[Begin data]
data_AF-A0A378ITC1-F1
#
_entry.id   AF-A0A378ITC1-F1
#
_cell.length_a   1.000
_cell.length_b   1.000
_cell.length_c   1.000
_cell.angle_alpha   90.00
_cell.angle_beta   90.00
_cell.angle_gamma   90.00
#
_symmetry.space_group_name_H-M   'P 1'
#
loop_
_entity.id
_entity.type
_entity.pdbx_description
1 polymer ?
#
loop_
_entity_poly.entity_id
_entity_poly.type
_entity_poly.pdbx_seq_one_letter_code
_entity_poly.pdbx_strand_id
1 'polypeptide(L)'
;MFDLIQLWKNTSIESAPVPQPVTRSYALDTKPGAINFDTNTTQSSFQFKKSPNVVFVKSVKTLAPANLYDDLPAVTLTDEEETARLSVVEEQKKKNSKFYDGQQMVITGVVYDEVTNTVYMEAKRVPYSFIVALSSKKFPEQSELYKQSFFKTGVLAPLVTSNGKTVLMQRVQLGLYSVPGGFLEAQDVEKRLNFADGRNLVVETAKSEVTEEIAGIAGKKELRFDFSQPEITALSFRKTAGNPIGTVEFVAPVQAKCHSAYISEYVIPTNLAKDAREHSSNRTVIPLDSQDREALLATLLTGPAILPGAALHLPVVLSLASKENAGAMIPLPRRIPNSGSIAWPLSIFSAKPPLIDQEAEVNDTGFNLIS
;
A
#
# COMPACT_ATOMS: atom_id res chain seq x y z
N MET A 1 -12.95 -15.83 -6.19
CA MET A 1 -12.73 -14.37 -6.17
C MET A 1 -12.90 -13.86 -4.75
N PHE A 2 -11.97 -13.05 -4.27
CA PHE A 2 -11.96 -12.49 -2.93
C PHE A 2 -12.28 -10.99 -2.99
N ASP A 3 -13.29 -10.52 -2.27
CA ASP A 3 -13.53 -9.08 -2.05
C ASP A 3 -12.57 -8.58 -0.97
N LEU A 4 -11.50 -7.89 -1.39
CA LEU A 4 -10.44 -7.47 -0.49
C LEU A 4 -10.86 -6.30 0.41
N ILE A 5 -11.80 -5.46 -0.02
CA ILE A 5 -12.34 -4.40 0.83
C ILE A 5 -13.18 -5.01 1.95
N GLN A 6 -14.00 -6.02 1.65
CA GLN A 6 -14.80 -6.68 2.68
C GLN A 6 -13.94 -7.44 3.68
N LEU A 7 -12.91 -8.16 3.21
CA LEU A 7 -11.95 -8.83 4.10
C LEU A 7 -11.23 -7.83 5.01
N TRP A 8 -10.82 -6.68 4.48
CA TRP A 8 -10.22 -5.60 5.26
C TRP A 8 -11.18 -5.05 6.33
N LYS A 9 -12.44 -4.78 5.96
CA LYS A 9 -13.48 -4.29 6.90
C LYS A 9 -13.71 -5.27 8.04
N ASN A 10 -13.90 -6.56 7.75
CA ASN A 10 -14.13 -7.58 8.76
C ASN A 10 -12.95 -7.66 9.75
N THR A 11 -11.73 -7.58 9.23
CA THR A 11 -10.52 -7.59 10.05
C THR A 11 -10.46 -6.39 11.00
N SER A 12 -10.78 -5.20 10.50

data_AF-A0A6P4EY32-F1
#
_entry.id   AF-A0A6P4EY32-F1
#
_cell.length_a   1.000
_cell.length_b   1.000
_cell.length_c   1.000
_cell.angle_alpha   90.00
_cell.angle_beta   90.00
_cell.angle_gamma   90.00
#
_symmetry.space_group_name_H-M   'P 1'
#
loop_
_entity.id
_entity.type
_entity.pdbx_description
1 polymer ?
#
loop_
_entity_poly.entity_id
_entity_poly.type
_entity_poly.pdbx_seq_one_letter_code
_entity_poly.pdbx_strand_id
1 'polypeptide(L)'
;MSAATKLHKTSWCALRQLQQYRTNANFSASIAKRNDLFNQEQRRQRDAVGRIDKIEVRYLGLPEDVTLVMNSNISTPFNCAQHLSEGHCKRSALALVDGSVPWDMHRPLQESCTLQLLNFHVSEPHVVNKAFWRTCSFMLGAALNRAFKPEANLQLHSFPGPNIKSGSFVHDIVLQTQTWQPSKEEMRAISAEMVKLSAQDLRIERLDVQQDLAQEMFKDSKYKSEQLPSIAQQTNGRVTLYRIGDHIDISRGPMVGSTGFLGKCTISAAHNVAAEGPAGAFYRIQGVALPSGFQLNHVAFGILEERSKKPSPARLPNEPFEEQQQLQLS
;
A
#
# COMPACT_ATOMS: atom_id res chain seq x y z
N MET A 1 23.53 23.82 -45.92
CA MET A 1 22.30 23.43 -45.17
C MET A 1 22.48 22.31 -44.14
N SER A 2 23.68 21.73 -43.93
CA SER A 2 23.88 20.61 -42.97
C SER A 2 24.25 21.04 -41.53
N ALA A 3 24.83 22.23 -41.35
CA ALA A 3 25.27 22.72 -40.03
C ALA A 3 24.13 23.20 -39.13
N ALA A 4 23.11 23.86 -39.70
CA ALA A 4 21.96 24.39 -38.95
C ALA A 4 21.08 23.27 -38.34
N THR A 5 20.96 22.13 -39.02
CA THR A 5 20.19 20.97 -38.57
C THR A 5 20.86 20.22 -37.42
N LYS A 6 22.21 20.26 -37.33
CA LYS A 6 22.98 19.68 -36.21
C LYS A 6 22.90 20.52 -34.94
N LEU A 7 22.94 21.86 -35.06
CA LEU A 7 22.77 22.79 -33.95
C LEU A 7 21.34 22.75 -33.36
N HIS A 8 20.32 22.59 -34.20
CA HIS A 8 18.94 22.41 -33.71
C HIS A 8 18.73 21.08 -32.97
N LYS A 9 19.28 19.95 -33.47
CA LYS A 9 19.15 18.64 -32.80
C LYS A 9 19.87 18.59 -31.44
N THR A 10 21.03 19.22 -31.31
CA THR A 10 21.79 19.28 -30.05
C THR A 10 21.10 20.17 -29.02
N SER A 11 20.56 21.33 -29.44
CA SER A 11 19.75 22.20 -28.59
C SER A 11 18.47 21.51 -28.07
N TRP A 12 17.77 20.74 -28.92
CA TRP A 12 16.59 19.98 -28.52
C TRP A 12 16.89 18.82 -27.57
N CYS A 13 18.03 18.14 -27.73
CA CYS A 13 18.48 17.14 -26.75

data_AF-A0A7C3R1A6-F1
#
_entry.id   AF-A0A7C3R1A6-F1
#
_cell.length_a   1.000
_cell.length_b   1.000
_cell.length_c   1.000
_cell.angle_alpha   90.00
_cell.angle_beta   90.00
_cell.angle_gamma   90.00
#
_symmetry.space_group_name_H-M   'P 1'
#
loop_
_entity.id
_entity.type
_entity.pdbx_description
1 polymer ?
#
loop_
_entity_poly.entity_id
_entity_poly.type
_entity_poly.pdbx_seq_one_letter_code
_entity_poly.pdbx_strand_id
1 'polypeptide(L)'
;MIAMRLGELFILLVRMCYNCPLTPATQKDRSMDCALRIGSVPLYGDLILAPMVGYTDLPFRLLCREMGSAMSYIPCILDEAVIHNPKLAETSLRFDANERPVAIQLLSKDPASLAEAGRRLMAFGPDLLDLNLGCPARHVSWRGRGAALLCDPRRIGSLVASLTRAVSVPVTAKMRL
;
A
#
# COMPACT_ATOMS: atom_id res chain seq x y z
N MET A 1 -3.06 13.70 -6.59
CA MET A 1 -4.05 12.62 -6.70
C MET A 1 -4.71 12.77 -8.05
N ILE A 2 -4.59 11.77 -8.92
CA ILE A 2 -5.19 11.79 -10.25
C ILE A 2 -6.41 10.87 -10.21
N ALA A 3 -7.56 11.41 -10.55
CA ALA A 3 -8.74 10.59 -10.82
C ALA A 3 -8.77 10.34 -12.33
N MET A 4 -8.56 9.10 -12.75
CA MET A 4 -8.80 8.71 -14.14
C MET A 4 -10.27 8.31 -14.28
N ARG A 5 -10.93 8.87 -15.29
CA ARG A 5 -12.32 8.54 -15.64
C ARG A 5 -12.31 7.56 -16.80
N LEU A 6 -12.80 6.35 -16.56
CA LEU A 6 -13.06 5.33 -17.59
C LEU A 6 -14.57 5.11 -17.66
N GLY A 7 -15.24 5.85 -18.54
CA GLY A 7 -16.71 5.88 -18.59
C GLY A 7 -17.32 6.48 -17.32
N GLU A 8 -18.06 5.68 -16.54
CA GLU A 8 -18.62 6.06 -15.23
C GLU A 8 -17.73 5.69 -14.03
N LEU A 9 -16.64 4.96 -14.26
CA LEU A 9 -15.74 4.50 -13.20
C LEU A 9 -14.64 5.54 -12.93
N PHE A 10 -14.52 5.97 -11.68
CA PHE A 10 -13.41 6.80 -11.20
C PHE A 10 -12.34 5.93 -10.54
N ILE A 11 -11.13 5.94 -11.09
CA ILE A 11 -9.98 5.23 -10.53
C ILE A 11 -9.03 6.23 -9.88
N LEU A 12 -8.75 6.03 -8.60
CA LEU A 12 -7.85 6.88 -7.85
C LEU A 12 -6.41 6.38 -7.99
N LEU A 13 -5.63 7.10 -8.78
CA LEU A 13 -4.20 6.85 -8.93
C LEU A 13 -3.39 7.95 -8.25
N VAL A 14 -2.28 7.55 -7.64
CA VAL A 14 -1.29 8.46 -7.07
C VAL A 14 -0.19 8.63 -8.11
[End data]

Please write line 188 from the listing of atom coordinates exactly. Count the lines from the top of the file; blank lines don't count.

CA LEU A 9 -15.74 4.50 -13.20